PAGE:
Key Figure in Vermont’s EB-5 Scandal Gets 18 months in Jail

By David North on April 15, 2022

After years of public scrutiny, Bill Stenger, once president of the Jay Peak ski resort in far northern Vermont, was sentenced on April 14 to 18 months in jail for his part in that state’s extensive, multi-million-dollar EB-5 scandals.

Stenger’s long-time ally, Ariel Quiros, who was the dominant one of the duo, will probably get a stiffer sentence later this year for his part in the scandals. He pleaded guilty to three felony charges back in August 2020, all relating to the same set of actions. His sentencing was postponed to make sure that he cooperated, as he said he would, with the authorities.

Essentially, the government charged the two with engaging in a Ponzi-like scheme involving at least $80 million; the scheme worked smoothly for years under the negligent eyes of both the state government, which played the middleman role of an EB-5 regional center, and the Department of Homeland Security, which runs the program at a federal level.

Two key actors in bringing these scandals to an end were the Securities and Exchange Commission, which brought the original charges and managed to undo much of the financial damage, and VT Digger, a dogged alternative news site in the state, which followed the scandals carefully for many years.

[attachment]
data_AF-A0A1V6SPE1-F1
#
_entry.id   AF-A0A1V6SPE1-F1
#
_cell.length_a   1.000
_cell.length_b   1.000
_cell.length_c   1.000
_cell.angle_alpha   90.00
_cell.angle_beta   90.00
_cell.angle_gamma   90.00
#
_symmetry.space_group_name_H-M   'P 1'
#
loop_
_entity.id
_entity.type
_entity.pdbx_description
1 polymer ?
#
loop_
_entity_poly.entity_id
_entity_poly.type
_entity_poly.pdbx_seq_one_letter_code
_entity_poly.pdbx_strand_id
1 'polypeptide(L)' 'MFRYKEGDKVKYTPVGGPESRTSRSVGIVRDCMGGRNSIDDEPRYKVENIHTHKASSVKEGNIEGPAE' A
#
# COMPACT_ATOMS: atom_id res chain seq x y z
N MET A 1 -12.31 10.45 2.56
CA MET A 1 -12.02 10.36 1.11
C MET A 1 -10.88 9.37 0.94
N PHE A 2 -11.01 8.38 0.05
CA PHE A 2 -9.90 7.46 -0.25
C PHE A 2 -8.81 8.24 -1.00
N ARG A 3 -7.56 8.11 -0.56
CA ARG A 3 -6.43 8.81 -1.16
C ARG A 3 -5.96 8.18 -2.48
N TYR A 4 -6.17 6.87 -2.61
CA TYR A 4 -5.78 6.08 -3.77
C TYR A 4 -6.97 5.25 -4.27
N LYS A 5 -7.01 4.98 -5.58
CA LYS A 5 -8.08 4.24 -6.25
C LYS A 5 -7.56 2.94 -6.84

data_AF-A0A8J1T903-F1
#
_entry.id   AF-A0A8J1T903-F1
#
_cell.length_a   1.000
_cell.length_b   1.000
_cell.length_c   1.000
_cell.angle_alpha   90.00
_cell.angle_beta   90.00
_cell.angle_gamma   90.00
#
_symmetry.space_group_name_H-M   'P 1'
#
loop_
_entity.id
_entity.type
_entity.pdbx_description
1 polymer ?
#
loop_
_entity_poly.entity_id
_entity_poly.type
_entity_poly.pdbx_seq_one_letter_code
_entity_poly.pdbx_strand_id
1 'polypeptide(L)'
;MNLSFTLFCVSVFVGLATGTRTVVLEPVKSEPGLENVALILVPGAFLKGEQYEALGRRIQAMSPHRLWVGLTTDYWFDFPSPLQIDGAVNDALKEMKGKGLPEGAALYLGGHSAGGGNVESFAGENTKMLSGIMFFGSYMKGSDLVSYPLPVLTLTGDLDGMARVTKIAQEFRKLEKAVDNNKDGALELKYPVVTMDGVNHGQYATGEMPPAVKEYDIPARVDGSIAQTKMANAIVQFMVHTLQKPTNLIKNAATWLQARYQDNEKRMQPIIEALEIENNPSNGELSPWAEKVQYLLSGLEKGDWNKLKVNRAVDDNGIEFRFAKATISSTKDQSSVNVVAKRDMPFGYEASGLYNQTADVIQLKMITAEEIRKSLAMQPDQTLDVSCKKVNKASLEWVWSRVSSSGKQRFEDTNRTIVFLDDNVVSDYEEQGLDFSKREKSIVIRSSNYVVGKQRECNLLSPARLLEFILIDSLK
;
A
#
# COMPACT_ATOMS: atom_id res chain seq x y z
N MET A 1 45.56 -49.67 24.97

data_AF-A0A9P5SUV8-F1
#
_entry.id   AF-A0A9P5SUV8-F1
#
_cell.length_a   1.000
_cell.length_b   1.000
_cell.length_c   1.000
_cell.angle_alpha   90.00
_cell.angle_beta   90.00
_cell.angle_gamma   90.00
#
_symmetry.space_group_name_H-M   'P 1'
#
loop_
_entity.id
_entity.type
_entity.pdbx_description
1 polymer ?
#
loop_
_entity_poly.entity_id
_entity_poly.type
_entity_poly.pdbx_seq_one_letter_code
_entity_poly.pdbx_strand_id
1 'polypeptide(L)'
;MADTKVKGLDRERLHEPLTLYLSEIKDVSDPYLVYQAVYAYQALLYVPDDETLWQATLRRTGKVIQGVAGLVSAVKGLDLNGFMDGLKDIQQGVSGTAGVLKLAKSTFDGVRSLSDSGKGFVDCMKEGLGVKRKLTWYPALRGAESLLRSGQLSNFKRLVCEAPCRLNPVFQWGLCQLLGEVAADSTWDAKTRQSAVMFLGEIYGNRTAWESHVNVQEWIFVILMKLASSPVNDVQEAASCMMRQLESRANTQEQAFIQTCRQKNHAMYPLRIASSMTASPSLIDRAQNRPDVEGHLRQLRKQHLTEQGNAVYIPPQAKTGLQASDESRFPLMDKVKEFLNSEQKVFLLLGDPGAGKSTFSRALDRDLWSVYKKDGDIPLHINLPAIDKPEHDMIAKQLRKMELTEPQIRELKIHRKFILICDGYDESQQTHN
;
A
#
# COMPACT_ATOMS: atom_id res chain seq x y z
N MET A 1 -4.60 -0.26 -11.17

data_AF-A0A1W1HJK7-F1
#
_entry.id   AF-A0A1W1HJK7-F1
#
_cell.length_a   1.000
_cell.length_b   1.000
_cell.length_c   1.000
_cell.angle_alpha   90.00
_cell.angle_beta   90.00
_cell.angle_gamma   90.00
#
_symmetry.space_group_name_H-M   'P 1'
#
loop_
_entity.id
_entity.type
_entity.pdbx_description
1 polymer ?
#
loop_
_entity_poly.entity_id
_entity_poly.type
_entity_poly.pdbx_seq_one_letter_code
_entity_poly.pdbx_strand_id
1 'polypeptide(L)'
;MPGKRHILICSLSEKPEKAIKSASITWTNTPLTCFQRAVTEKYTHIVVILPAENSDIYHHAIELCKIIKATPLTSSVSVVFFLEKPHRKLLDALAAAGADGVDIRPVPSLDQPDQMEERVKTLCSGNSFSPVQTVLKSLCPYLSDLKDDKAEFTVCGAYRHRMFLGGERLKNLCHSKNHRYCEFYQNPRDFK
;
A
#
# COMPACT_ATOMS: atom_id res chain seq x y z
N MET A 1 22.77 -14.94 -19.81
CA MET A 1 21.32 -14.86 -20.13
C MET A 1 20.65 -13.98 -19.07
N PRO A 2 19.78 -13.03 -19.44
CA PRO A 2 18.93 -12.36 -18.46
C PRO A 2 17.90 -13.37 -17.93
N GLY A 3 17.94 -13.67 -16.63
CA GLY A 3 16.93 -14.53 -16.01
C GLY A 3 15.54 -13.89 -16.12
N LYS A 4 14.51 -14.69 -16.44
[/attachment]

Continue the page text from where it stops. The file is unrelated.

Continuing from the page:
The EB-5 program at that time required minimum half-million-dollar investments from aliens, who, in turn, were to be given a family-sized handful of green cards.

Personal Note. The only time I met Stenger was when we were both witnesses at the last public hearing the U.S. Senate had on this issue, back in 2011. He was invited by Sen. Pat Leahy (D -Vt.) and he testified in favor of the extension of the program; I was there thanks to Sen. Charles Grassley (R-Iowa) and was its critic. We sat side by side.

After the hearing, Leahy stopped by the witness table to thank us for our testimony. He grumbled at me for having an overly D.C.-focused approach on the matter and suggested that I should get out into the country more. He, along with Grassley, subsequently became the reformers who changed the program considerably for the better, as we reported last month.